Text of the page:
Comments are welcome - but don't get your panties twisted if i disagree. My observations come from knowing, and seeing on a daily basis, real life criminals that most of you just see on the news. Not bragging about that, as I can't wait to retire - just saying it, because there's a few who seem to believe Cooper's comments about most criminals being cowards that will flee from the sight of a gun. Its just not true, and believing it may get one killed.

    Wanna kill these ads? We can help!
    #1 wprebeck, Apr 30, 2012
    Last edited by a moderator: Apr 30, 2012
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  3. I hope your getting paid enough to deal with those pieces of shlt in jail day in and day out. Not something I would want to retire from but hey at least you got a job.

  4. TSAX


    :goodpost:, as a former Mil LEO I can say that some people/criminals will not care if they are on camera, out manned, out gunned, be completely sober, smaller than you and still want to attack. We had a guy that was involved with a altercation at the base pizza place and there were several (7 or 8) of us that responded and there one guy who was smaller than most of us and sober (no drugs, intoxicants, alcohol found in his system) wasn't afraid or deterred to get into it with us.

    Just because one is or was a cop dosent make them always right but it does give a more experienced and first hand aspect in matters like this. Situations can differ greatly. There have been some instances where an armed civilian has helped but that is not always the case. I would rather be an armed civilian than not but I will also be aware that just being armed doesnt mean victory or that it will prevent someone from attacking. It does give me a better chance. Stay alert, be careful and hope for the best. Stay safe :wavey:

    #3 TSAX, Apr 30, 2012
    Last edited: Apr 30, 2012
  5. TSAX


    My buddy in VA was getting paid about a little over 30k to work corrections for the last 4 years before he got a better gig. No it was not worth the crap, getting spit on, watching your back every second, smelling the nasty stuff from cell to cell, having people with diseases try and bite you but he had to support his family.

  6. I don't know how each individual criminal thinks or what they are capable of, that is why I carry. I don't know who is under the influence of what, who has reached the end of their rope and is just plain suicidal. I also can't afford the luxury to assume criminals are cowards or stupid. Some may be, but assuming the one I encounter is, could be a deadly mistake.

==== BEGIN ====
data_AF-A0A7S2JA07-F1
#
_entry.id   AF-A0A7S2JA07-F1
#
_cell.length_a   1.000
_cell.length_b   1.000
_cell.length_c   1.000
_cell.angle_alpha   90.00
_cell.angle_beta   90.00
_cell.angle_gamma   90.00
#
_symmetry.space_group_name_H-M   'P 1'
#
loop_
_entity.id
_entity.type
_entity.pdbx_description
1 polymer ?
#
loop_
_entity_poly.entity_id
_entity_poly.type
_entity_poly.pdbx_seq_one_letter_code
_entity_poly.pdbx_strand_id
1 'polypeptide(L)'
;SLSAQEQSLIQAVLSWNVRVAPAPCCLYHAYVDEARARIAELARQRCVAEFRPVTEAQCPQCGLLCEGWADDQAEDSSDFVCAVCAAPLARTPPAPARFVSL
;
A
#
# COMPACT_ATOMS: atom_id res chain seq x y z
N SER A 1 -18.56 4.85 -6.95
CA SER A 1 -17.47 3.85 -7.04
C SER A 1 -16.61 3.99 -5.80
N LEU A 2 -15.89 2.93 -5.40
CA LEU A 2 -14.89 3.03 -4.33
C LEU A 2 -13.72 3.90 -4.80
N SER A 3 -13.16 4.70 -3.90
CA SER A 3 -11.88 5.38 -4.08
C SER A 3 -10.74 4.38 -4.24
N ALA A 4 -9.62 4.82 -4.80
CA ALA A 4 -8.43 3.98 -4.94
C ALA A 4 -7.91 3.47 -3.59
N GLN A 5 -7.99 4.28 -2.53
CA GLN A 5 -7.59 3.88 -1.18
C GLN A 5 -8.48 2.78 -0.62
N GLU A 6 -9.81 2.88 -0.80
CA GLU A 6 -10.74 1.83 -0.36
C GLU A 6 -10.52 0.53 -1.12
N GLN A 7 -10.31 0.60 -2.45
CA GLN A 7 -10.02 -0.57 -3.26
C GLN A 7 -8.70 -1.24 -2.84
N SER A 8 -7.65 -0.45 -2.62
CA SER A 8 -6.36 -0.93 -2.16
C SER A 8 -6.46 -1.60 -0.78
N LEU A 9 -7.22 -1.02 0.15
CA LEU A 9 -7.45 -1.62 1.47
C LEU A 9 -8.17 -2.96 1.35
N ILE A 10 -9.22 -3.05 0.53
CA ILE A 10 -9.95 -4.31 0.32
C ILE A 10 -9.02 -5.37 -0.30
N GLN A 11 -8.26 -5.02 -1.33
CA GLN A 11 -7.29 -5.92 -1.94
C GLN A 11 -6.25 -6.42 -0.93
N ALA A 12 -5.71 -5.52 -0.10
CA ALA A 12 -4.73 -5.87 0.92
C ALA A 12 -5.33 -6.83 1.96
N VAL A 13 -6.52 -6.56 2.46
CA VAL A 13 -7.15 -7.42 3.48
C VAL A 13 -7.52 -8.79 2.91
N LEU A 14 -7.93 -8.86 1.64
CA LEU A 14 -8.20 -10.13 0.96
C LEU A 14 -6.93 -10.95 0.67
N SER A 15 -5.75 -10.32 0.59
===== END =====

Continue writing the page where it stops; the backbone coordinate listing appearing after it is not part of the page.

I do my very best to be aware, but I can't claim that I never let my guard down and things may happen that catch me by surprise. Generally, I don't appear approachable to strangers and have a thing with my personal space. It is not something I've worked on, just part of who I am. My mother used to call it being anti-social (although I'm friendly with people I know). I've accepted who I am and learned to utilize what others may perceive as unfavorable as an additional alarm mechanism.

    Carrying doesn't make me any less prey to a criminal, odds are high they wouldn't have a clue I do anyway. It barely gives me another option should I find myself (or a loved one) in a situation we were not able to avoid. My first options is to get out of Dodge and let someone else handle it. Unless I have absolutely no other choice but to face it, I won't.

  7. Drain You

    Drain You NRA member

    I'm not concerned with and certainly don't rely on whether or not the criminal element is wary that regular citizens carry guns. He doesn't have to be scared of a bullet for it to physically affect him.
  8. H&K 4 LIFE

    H&K 4 LIFE Leonum A Ignis

    You've touched upon the topic of "command presence". LE and civilian alike, ask yourself, do you have it?
  9. dnuggett

    dnuggett PRO 2A

    Great post.
  10. There are crooks and "real" crooks.